Remodelers Research: Marketing and Social Media

Traditional methods still rule, but websites, social media quickly catching on with remodelers, survey says

May 03, 2011

Repeats and referrals continue to be the most important part of marketing, but websites and social media are becoming an increasingly important part of doing business, according to the latest Professional Remodeler research.
About 85 percent of remodelers reported receiving less than half their business from sources besides repeats and referrals. Still, only 94 percent said they didn’t get any business from other sources and 72 percent get at least 10 percent of their business from those other sources.

Websites, signs most effective
A company website is the most popular marketing technique, with 67 percent of remodelers reporting they currently use one to promote their firms. That was followed closely by the 64 percent who report using jobsite/truck signs.
The only other methods used by more than 25 percent of remodelers were print advertising (37 percent), Yellow Pages (31 percent) and social media (29 percent). Social media saw the biggest jump in usage, increasing from 18 percent a year ago (and not even being on the radar in 2009). Direct mail had the biggest drop, with 24 percent of remodelers saying they use it, compared to 35 percent last year and 40 percent two years ago.
Signage and websites were also the most effective marketing tactics, with 83 percent of remodelers saying job/truck signs were at least somewhat effective and 80 percent saying the same thing about their website. The Yellow Pages and print advertising were rated as the least effective, with 20 percent of remodelers saying those methods were not effective at all.
Company websites are also an important part of remodelers’ 2011 marketing plans, with 54 percent saying it was very important and 82 percent saying it was at least somewhat important – the highest mark in the survey. Other e-marketing tactics also scored well, with 42 percent saying social media is important to their 2011 plans and 39 percent saying the same about e-mail marketing.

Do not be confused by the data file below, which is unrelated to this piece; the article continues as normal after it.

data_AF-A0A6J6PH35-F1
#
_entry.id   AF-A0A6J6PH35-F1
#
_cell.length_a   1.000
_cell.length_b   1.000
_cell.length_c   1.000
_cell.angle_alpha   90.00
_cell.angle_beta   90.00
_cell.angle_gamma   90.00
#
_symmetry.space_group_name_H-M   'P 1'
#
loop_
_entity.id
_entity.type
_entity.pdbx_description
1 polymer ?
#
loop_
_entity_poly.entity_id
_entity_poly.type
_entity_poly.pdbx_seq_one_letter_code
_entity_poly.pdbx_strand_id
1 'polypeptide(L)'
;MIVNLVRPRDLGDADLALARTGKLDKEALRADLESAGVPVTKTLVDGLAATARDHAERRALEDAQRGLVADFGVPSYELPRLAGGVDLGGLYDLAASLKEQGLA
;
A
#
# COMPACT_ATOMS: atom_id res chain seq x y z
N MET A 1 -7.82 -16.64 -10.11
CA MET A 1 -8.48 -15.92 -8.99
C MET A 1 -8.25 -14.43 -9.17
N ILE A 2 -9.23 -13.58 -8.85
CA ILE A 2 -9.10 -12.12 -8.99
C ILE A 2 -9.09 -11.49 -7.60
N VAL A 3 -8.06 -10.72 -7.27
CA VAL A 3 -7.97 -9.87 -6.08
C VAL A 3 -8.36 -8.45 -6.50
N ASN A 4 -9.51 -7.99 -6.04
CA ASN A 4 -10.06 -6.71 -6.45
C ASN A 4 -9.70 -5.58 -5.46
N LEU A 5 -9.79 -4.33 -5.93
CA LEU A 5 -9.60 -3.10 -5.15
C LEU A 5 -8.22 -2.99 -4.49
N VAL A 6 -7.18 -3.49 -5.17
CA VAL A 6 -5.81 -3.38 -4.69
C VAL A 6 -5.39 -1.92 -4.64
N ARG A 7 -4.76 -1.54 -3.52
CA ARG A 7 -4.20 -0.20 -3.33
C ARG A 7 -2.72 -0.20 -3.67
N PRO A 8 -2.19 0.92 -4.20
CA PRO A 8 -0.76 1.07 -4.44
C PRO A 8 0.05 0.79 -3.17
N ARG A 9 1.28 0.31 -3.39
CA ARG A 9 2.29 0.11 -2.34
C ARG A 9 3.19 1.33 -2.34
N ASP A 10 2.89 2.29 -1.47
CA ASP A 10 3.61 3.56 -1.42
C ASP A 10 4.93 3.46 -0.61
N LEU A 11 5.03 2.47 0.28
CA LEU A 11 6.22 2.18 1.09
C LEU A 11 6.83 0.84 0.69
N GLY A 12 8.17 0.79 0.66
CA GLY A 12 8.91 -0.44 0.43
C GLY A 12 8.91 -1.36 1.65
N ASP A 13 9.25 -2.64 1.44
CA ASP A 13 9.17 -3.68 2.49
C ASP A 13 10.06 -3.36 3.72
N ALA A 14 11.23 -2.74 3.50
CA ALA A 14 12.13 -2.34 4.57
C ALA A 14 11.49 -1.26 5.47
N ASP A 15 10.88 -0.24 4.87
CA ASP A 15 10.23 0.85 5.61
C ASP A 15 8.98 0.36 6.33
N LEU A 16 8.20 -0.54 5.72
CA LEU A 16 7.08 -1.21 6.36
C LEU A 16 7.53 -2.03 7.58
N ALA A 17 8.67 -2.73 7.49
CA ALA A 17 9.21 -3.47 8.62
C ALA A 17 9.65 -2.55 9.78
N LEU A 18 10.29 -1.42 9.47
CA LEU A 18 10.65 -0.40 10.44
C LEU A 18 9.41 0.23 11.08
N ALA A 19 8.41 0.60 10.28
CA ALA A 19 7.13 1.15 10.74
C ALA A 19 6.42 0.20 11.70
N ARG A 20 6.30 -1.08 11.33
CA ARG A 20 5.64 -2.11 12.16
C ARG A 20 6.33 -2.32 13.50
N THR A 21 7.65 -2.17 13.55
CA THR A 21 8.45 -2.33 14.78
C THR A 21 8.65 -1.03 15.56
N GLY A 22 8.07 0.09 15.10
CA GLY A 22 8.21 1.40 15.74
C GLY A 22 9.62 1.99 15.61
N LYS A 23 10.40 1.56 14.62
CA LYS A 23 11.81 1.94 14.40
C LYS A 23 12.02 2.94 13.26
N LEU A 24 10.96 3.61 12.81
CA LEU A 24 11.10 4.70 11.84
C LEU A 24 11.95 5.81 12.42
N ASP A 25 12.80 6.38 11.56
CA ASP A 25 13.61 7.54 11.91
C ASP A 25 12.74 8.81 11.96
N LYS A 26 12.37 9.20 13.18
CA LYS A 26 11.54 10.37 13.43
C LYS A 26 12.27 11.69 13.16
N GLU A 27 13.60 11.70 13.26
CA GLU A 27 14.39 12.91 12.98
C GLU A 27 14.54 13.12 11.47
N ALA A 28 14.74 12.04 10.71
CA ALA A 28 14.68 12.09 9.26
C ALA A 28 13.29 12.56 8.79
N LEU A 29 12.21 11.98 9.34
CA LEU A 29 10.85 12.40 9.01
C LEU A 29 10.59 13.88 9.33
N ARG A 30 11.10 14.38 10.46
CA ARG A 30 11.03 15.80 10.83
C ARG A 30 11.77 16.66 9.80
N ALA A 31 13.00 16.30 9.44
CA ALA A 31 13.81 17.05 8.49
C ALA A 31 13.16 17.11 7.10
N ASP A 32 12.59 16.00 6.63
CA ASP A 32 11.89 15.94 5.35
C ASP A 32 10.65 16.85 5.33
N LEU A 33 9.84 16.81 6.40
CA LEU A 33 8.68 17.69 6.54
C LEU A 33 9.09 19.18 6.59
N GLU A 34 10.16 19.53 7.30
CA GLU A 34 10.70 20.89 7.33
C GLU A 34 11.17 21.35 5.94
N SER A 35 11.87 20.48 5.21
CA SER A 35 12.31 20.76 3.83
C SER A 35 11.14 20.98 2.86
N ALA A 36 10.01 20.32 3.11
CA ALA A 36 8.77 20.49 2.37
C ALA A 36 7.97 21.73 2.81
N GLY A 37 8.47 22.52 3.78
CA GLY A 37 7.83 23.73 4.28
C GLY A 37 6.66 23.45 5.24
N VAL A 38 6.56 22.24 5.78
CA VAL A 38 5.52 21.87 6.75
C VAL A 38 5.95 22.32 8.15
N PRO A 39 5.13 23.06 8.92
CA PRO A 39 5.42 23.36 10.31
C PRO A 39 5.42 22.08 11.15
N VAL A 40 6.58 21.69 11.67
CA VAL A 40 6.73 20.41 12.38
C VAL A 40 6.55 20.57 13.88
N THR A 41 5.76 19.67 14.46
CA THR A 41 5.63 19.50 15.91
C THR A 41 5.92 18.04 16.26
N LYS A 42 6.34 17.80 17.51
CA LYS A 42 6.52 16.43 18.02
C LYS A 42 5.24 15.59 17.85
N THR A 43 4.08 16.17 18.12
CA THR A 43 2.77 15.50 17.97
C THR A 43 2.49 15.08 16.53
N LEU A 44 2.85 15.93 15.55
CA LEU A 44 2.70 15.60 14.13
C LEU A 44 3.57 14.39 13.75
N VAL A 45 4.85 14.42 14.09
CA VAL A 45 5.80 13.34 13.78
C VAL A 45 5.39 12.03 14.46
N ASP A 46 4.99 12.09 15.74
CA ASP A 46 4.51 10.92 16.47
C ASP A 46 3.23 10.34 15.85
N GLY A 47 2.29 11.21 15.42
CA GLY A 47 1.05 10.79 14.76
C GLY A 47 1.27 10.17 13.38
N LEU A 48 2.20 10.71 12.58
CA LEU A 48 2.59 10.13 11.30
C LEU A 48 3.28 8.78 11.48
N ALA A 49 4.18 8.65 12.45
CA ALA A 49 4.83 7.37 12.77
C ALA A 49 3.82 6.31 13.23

Amongst more traditional marketing methods, job and truck signs (67 percent said they were important) and print advertising (45 percent) lead the way. Many old standbys aren’t an important part of remodelers’ plans. More than half of remodelers said Yellow Pages are not important at all to their 2011 marketing, while 47 percent said the same about direct mail and 45 percent said that about home shows and parades. The least important was, not surprisingly, telemarketing, which only 7 percent said was even somewhat important to their marketing strategy.

Growth in social media
One of the most obvious trends in this year’s survey is the rapid growth of social media. When we surveyed remodelers last year, 49 percent said they didn’t use social media at all. That number dropped to 27 percent this year.
“I think they are a great way to keep our previous customers, and other fans, informed about current projects or activities,” said a Massachusetts-based remodeler and builder.
The number of remodelers who use it for marketing to potential clients almost doubled from last year, jumping from 18 to 35 percent.
“Being seen, noticed and having it sell for you 24/7 is great,” said the owner of a handyman business in Washington.
Those who use it to communicate with other remodelers and professionals increased from 25 percent to 45 percent. And a year ago, only 12 percent said they used it to keep up with what building product manufacturers and suppliers were doing. That number was 40 percent in this year’s survey.
Still, not everyone is a fan. Many remodelers expressed reservations about using social media in their business.
“Social media will survive, not thrive, and social media marketing is only a fad,” said one a remodeler, a kitchen/bath specialist in Colorado.
“Social networks are for playtime, not for serious work. I choose not to get involved in that cesspool,” said a design/build remodeler in New Jersey.
Facebook and LinkedIn are the most popular sites, with 39 percent of remodelers reporting using each of those sites for business. Only 15 percent said they use Twitter for business, but all of those numbers are up from a year ago (see chart p. 35).
Remodelers are also using social media more: 33 percent said they visit social sites on a daily basis for business, up from 19 percent in 2010.

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